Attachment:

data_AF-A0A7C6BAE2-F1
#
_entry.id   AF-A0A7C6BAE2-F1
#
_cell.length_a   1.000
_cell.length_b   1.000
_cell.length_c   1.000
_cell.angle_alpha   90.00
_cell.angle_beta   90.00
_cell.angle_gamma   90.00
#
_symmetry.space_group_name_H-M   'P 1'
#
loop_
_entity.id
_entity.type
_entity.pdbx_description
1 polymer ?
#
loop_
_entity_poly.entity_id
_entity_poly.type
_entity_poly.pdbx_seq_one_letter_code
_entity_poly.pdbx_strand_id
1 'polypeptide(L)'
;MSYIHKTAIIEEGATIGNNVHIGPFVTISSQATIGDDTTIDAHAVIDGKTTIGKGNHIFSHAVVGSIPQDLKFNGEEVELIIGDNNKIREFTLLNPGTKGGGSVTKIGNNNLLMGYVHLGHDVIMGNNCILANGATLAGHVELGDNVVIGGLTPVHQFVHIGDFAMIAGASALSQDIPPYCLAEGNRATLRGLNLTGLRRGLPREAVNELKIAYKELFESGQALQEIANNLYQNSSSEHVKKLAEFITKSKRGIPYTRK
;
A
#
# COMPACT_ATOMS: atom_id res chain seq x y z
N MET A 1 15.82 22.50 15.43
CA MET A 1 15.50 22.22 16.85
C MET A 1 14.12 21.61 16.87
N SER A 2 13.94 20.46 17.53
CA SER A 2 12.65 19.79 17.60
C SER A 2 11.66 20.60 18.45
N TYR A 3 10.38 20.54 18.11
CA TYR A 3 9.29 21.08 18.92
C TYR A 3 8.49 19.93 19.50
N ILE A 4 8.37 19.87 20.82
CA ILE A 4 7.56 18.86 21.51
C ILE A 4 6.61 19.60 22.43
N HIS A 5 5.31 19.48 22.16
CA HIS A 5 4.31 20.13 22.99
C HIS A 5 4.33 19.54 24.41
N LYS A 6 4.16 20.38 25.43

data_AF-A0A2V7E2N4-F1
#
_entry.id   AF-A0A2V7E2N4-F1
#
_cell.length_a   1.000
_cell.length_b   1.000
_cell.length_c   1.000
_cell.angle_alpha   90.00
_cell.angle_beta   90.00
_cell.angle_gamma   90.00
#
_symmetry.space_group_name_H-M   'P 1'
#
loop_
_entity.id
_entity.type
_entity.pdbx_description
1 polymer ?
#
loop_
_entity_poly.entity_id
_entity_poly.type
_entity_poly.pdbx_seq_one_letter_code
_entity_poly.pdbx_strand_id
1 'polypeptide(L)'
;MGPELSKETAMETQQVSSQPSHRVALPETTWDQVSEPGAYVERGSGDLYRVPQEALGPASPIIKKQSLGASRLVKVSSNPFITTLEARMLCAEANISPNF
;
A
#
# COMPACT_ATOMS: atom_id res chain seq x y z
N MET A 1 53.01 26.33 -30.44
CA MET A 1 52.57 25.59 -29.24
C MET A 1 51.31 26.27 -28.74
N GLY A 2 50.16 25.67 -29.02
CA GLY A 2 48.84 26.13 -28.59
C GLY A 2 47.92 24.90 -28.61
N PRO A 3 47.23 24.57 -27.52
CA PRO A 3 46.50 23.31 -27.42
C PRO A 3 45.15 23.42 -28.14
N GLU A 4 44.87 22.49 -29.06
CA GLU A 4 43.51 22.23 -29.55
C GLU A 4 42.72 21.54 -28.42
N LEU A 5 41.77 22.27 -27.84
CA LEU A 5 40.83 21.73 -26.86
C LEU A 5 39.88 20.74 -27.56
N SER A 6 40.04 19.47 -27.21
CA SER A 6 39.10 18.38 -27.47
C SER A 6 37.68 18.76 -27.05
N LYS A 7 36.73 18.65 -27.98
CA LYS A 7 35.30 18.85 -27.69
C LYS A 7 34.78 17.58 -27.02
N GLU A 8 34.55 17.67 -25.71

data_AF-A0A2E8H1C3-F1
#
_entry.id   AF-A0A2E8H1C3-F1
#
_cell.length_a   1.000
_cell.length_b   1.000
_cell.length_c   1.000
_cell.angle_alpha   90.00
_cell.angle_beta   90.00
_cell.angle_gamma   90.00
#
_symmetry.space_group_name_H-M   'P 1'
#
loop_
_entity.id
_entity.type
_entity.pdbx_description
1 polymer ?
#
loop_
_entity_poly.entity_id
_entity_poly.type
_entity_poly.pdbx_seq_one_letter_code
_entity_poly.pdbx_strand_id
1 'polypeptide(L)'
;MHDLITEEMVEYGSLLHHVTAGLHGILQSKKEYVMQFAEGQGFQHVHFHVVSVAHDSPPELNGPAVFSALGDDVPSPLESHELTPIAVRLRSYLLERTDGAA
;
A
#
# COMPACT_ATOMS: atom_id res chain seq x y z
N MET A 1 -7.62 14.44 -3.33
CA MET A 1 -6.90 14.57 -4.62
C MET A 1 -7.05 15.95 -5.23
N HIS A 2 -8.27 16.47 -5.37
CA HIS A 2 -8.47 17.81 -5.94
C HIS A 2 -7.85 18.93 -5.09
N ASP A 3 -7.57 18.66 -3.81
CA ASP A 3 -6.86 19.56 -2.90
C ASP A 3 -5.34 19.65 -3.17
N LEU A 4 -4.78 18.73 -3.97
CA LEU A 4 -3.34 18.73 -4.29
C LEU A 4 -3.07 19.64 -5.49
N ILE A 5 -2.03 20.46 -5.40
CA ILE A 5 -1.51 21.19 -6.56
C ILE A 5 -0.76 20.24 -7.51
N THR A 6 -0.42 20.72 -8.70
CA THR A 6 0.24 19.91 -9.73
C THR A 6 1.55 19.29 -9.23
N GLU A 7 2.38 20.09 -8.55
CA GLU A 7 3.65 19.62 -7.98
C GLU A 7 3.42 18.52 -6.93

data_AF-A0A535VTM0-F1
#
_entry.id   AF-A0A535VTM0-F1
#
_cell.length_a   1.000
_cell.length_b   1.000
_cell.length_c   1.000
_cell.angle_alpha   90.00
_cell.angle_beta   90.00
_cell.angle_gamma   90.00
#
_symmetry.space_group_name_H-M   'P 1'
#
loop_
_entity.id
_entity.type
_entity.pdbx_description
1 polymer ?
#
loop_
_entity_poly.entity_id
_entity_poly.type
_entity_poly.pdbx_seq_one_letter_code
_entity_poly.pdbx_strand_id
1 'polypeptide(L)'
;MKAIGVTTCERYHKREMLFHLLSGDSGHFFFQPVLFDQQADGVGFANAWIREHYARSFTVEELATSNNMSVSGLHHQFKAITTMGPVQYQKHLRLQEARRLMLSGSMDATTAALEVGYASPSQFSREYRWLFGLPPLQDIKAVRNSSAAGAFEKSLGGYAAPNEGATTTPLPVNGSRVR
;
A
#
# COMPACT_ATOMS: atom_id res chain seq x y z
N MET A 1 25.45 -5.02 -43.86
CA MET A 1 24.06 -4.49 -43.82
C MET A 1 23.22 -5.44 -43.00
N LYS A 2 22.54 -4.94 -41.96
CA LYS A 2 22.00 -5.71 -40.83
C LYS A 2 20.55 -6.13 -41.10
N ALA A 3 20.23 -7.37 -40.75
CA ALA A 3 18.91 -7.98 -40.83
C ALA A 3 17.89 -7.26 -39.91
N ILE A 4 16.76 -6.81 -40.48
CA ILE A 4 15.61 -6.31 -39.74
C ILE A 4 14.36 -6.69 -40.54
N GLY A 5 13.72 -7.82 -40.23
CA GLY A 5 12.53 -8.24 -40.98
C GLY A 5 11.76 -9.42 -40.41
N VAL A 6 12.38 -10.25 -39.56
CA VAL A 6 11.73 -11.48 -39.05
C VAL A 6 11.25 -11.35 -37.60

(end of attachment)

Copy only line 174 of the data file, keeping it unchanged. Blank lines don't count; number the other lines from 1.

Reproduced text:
1 'polypeptide(L)'